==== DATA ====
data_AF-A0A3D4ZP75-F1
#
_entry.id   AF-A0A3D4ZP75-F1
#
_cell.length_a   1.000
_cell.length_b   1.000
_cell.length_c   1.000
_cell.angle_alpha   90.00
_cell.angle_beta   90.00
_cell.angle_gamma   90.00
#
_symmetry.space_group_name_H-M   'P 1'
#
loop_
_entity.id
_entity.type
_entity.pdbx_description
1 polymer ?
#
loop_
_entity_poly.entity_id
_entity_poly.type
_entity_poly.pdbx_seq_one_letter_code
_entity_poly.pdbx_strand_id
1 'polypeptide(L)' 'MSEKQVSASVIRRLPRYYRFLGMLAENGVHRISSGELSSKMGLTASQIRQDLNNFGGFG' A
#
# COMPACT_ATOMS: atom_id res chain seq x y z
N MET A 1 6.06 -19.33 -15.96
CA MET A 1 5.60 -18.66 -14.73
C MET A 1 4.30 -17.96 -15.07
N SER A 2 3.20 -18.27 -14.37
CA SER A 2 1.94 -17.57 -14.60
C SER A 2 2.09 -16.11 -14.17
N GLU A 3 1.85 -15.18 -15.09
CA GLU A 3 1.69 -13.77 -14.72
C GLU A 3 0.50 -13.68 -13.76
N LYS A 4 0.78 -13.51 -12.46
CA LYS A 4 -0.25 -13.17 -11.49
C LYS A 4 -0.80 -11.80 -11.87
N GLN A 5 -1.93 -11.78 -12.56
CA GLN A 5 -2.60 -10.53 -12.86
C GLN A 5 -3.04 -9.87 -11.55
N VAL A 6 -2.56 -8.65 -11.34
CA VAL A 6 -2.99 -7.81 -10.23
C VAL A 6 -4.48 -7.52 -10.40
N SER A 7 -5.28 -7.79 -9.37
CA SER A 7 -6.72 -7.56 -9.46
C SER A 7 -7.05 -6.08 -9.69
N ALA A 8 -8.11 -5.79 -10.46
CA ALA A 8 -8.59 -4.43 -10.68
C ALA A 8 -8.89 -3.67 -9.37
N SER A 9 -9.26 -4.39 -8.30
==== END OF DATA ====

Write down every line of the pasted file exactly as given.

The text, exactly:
data_AF-A0A3D4ZP75-F1
#
_entry.id   AF-A0A3D4ZP75-F1
#
_cell.length_a   1.000
_cell.length_b   1.000
_cell.length_c   1.000
_cell.angle_alpha   90.00
_cell.angle_beta   90.00
_cell.angle_gamma   90.00
#
_symmetry.space_group_name_H-M   'P 1'
#
loop_
_entity.id
_entity.type
_entity.pdbx_description
1 polymer ?
#
loop_
_entity_poly.entity_id
_entity_poly.type
_entity_poly.pdbx_seq_one_letter_code
_entity_poly.pdbx_strand_id
1 'polypeptide(L)' 'MSEKQVSASVIRRLPRYYRFLGMLAENGVHRISSGELSSKMGLTASQIRQDLNNFGGFG' A
#
# COMPACT_ATOMS: atom_id res chain seq x y z
N MET A 1 6.06 -19.33 -15.96
CA MET A 1 5.60 -18.66 -14.73
C MET A 1 4.30 -17.96 -15.07
N SER A 2 3.20 -18.27 -14.37
CA SER A 2 1.94 -17.57 -14.60
C SER A 2 2.09 -16.11 -14.17
N GLU A 3 1.85 -15.18 -15.09
CA GLU A 3 1.69 -13.77 -14.72
C GLU A 3 0.50 -13.68 -13.76
N LYS A 4 0.78 -13.51 -12.46
CA LYS A 4 -0.25 -13.17 -11.49
C LYS A 4 -0.80 -11.80 -11.87
N GLN A 5 -1.93 -11.78 -12.56
CA GLN A 5 -2.60 -10.53 -12.86
C GLN A 5 -3.04 -9.87 -11.55
N VAL A 6 -2.56 -8.65 -11.34
CA VAL A 6 -2.99 -7.81 -10.23
C VAL A 6 -4.48 -7.52 -10.40
N SER A 7 -5.28 -7.79 -9.37
CA SER A 7 -6.72 -7.56 -9.46
C SER A 7 -7.05 -6.08 -9.69
N ALA A 8 -8.11 -5.79 -10.46
CA ALA A 8 -8.59 -4.43 -10.68
C ALA A 8 -8.89 -3.67 -9.37
N SER A 9 -9.26 -4.39 -8.30